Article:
The portrayal of Antoinette in "Wide Sargasso Sea" and Bertha Mason in "Jane Eyre" as a Liminal Persona

Essay, 2017

5 Pages, Grade: A


The portrayal of Antoinette in Jean Rhys’ Wide Sargasso Sea and Bertha Mason in Charlotte Bronte’s Jane Eyre as a Liminal persona

This paper analyses the liminal existence of Antoinette in Jean Rhys’ Wide Sargasso Sea and Bertha Mason in Charlotte Bronte’s Jane Eyre. The paper analyses the condition of the characters, especially the creole heiress in both of these novels, under the light of Victor Turner’s theory of Liminality. In doing so, it aims to highlight the importance of a sense of belonging and a foothold in shaping a person’s identity and sanity.

Wide Sargasso Sea, a prequel to Bronte’s Jane Eyre, is Jean Rhys’ attempt to give voice to the voiceless “mad woman” of Jane Eyre. Rhys’ rewriting of Jane Eyre highlights the orientalist perception of Bronte of the West Indies. Jean Rhys once said that throught her childhood she had been fascinated with the mad woman of Jane Eyre and she always wanted to give her a narrative, which she accomplished in her last novel (qtd in. Bsudlr).

The novel begins in 1834 in Coulibri, the slaves have been granted emancipation. In this novel Rhys chose the timeline to be a year after the emancipation act which makes it easy to highlight the racial tensions and the hatred the former slaves held for the white colonizers. In this novel we are provided with the childhood details of Antoinette/Bertha’s life so that we could to terms with her madness at the end which has already been written by Bronte. In Jane Eyer she is portrayed as just a mad woman living in the attic but in Rhys’ novel she is a daughter, wife, and lover hence a human who deserves happiness but who has ruthlessly been deprived off. When the world around her tries to isolate her or to impose an identity on her she unconsciously creates a bubble around her in which she lives happily so liminality or her liminal existence is her escapist strategy.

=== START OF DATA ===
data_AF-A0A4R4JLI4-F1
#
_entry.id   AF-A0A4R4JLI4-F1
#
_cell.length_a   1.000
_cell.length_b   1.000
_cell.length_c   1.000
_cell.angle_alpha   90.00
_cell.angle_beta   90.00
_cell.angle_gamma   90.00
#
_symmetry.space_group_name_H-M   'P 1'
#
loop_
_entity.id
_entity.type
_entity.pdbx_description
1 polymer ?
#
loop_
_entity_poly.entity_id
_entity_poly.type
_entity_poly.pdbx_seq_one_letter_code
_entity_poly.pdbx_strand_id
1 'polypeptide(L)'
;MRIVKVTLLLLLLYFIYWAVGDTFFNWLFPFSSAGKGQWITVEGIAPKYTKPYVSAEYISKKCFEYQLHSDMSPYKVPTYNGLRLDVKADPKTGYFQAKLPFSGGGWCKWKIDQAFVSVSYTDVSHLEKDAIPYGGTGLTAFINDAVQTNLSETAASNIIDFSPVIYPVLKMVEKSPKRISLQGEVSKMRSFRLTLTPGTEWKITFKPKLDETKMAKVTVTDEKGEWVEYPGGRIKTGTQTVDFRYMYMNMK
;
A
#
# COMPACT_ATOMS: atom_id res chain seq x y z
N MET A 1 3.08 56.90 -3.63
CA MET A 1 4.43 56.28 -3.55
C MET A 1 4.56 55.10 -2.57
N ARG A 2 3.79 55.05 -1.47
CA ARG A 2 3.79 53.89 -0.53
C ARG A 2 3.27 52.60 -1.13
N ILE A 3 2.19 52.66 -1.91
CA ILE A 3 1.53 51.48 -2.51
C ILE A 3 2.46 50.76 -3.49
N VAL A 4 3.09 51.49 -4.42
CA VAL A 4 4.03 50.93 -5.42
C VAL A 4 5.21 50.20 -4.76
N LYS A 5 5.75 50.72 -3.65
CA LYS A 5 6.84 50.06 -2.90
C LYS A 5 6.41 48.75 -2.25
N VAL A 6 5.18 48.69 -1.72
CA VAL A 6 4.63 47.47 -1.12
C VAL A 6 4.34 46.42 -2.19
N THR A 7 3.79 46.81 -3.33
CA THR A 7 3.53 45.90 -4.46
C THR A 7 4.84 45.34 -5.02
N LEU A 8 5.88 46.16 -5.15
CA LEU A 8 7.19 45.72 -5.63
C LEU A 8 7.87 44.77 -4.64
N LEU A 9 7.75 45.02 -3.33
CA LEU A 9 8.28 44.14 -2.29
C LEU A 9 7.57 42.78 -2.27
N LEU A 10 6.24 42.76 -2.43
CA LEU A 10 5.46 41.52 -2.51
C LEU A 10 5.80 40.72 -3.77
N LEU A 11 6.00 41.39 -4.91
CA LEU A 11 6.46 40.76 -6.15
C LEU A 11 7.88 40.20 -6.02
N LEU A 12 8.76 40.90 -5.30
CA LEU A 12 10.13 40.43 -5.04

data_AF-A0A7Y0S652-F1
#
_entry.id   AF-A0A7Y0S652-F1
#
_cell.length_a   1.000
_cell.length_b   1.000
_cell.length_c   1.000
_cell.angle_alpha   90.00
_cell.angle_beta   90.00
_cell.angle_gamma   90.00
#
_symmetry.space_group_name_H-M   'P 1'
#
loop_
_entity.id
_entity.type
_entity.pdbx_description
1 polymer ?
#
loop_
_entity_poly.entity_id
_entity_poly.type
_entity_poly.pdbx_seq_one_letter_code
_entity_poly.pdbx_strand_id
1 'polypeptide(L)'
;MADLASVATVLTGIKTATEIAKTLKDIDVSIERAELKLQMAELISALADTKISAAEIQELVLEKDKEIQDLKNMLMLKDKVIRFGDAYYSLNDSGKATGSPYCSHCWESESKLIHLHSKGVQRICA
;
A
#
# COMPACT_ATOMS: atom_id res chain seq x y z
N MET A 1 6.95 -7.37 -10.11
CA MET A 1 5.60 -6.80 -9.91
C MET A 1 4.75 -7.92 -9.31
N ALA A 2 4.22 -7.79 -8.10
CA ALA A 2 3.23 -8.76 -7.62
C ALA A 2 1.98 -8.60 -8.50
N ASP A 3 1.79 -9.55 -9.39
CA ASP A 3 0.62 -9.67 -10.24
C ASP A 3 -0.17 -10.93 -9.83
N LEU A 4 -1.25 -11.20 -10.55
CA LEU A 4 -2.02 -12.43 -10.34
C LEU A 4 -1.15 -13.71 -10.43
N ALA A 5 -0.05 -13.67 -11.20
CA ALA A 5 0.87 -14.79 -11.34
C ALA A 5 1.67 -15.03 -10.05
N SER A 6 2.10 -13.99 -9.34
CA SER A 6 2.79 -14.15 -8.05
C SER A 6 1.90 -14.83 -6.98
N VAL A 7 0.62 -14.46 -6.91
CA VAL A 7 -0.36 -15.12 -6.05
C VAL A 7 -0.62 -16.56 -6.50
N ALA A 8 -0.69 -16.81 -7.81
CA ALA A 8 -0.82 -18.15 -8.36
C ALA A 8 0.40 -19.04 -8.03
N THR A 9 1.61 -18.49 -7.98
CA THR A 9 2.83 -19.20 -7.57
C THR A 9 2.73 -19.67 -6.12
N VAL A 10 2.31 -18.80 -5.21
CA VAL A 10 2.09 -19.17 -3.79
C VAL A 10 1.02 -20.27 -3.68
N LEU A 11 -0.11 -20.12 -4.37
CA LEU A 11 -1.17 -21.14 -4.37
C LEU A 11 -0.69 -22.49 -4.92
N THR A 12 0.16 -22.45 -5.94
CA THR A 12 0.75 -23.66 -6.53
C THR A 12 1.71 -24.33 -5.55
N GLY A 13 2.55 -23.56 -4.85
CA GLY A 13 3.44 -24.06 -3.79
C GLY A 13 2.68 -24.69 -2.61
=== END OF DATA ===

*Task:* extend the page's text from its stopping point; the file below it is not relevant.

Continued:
The term “liminality” gained popularity in the twentieth century through the works of Victor Turner who expanded Van Gennep’s idea concept in his work. Turner in his “Liminality and Communitas” describes liminality as “passage”, “movement” and “shift in and out of time”. He defined liminal individuals as “neither here and there; they are betwixt and between positions assigned and arrayed by laws, customs ,conventions and ceremony” (359). Liminality is linked with “, invisibility, darkness, wilderness and to an eclipse of the sun and moon” (359) all these things are evident in Bertha’s character in Jane Eyre she looms as an invisible ghost throughout the novel. At time when she is not physically present in the novel her presence can be felt by the reader, outside, as well as the characters, inside the novel. In addition to this the connection of wilderness and the eclipse of the moon is easily visible in the book. She has been escribe by Bronte as a dark colored creole.

Liminal entites are described by Turner as “may be disguised as monsters, wear only strip of clothing or even go naked to demonstrate that as liminal being they have no status , property, secular clothing , insignia…”(359). This description of a liminal entity is easily visible in Antoinette’s character in Wide Sargasso Sea, for Rochester she behaves as a monster when she learns that Rochester slept with the Amelia when he tries to stop her she bites his wrist and throws several bottles of rum on the wall. In addition to this the incident when Tia took all her clothes away she stripped her not only of her clothes but her status, property all the illusions, about herself she had in her mind.

Turner describes the phases of a liminal experience: “ the first phase requires the child to go through a separation from his family; this involves his/her death as a child, as childhood is effectively left behind. In the second stage ,initiate, between childhood and adulthood, the child requires to pass a test to prove that he is ready for adulthood. If he succeeds , the third stage involves a celebration of new birth of the adulthood and the welcoming of the being back into the society” (qtd in. Chakraborty). If we analyse Antoinette under the light of the aforementioned theory one can make a conclusion that she got herself stuck in her own bubble of liminality as she never succeeded to the third phase of liminality but she surely experience the first two. She was never a child in her entire childhood but the specks of childhood left in her were officially robbed off her when the natives set fire to her house, killing her brother and driving her mother into insanity. The second stage is reflected, in the second part of the novel, in the form of her marriage which shows that she has ascended from childhood to adulthood, the predicament of her marriage is another entire story but the very act of marriage is reflective of the second phase of liminality.